Pennsylvania has long-favored a strong policy of strictly enforcing statute of limitations laws. Booher v. Olczak, 797 A.2d 342, 345 (Pa. Super. 2002). That policy is for good reason - allowing civil claims to be brought, regardless of when in the distant past the alleged harm occurs, impairs the ability of the defendant to defend against the claim. Timely initiating and resolving disputes also serves to promote stability and encourage prompt redress for civil wrongs. The derailed constitutional amendment would upend these norms and open the floodgates to practically ancient allegations, resulting in substantial prejudice to defendants. Although the amendment cannot proceed at this time, momentum has built to work around the limitations that have been statutorily authorized, either through attempting the amendment process again, which could take upwards of two years, or through passing new legislation. New legislation would obviate the need for the amendment but would itself likely be the subject of due process constitutional challenges.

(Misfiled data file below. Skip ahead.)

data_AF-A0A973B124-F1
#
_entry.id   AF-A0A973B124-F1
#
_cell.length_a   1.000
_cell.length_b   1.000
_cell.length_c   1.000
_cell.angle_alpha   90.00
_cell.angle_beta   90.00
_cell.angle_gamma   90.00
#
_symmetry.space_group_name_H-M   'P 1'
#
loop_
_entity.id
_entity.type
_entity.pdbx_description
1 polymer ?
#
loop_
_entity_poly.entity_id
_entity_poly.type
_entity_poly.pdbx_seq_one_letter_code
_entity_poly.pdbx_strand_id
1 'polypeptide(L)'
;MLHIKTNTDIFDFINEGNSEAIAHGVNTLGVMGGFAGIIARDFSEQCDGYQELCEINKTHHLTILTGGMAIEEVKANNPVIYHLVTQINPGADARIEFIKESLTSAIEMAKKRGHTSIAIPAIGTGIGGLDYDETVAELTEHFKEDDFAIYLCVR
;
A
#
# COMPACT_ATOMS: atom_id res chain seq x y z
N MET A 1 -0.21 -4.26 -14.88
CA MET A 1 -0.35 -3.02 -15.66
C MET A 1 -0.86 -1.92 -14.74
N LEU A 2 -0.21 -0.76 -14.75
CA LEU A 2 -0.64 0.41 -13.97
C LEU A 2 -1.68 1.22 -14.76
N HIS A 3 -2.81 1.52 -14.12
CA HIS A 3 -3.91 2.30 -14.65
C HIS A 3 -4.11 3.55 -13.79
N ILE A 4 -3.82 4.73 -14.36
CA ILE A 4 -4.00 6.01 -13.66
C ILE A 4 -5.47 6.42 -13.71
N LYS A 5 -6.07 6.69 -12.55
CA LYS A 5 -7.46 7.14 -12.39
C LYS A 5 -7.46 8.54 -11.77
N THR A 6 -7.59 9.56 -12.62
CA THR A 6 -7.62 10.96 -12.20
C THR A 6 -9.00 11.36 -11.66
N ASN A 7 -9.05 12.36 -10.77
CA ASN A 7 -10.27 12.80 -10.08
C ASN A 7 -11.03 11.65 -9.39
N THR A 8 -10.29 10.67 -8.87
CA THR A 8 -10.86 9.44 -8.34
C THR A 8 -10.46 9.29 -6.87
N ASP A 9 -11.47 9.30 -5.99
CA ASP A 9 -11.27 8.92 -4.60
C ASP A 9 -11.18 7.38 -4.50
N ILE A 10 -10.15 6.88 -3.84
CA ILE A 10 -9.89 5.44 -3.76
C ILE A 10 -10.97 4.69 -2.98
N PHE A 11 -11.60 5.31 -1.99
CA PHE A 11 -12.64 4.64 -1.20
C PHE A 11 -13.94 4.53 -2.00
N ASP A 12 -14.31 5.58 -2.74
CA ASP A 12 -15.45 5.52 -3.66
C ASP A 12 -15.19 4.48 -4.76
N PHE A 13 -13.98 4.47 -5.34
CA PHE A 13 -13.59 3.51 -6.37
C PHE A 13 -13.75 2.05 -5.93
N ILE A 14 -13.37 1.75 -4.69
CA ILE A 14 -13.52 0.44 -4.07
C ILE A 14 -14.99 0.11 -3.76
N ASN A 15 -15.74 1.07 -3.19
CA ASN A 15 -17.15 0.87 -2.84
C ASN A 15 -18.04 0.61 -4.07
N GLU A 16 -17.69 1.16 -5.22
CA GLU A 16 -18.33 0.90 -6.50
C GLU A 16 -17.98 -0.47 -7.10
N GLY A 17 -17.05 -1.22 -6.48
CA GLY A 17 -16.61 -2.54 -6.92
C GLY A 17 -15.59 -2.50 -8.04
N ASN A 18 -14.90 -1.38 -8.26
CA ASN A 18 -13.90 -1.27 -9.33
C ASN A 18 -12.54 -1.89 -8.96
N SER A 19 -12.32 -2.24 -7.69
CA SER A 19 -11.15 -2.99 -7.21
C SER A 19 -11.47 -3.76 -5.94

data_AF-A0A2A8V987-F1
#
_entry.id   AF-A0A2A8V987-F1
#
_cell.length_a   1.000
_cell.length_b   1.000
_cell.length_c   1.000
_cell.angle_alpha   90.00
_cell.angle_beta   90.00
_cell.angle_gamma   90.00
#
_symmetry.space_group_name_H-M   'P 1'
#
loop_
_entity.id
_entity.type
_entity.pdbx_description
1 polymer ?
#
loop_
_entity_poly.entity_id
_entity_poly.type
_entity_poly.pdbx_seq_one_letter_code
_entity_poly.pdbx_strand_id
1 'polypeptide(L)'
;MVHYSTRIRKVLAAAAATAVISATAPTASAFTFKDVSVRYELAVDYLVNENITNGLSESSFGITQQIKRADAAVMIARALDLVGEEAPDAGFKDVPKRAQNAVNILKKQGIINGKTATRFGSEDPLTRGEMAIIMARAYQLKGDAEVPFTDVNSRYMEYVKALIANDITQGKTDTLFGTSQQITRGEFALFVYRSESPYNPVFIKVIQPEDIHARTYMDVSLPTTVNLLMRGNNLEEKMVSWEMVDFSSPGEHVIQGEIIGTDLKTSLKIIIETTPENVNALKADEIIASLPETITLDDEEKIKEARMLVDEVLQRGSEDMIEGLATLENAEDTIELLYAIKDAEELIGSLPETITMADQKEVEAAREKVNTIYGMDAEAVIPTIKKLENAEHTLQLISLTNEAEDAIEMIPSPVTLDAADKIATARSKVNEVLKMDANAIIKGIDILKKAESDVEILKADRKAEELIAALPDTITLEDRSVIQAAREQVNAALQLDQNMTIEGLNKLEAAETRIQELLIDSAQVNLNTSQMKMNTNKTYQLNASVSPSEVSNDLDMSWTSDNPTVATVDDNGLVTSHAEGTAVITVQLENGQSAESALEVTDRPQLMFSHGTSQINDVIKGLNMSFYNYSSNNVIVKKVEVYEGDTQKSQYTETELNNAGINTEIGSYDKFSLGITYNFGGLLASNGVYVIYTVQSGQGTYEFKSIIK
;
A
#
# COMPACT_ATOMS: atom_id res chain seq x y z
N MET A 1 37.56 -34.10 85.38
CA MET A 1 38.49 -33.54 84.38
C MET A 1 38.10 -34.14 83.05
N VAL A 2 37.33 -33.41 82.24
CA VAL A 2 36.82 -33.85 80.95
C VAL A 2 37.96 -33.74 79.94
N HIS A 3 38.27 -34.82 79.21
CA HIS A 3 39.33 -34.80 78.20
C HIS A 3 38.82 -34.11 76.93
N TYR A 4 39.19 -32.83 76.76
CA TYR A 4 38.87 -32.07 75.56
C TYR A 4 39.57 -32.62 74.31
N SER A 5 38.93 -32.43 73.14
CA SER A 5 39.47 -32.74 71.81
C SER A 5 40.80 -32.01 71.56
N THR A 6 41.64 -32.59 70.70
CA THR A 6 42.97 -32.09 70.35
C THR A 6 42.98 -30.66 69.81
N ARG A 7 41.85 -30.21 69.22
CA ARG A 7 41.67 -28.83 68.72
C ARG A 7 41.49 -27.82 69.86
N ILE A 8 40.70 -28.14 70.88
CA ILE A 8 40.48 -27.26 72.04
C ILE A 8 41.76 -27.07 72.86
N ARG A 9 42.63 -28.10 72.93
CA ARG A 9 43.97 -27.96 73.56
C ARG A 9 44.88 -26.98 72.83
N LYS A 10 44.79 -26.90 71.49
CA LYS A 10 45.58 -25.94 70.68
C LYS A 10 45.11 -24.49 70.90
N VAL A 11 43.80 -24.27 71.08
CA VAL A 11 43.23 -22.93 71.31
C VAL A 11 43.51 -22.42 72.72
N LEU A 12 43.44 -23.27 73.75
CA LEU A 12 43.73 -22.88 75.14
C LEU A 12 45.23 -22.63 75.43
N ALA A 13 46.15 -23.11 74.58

In sum, it is important to take note of the recently enacted changes of law, the shift in judicial interpretation of tolling theories, as well as potential changes with respect to childhood sexual abuse claims, including the following points:
- The 2019 change to the Minority Tolling Statute expands the statute of limitations period to: 1) 55 years of age for persons under the age of 18 when the cause of action accrues; and 2) 30 years of age for persons between 18 and 24 years of age when the cause of action accrues.
- The 2019 change to the Minority Tolling Statue does not revive claims that were untimely at the time the new statute of limitations period took effect.
- Persons who are unquestionably untimely with respect to bringing claims may potentially be successful in pursuing a cause of action if a tolling theory is successfully argued. Conversely, if it is apparent that a plaintiff could have discovered the injury and its cause in time to initiate a lawsuit and no fraud is alleged, the statute of limitations applies.
- The proposed constitutional amendment allowing all time-bared claims of childhood sexual abuse claims will not be enacted this year, but legislators and advocates have signaled their intention to find a means that would allow time-barred claims to go to court.
White and Williams lawyers defend entities in multiple states against claims of sexual abuse and monitor developments in the law in order to counsel clients and insurers.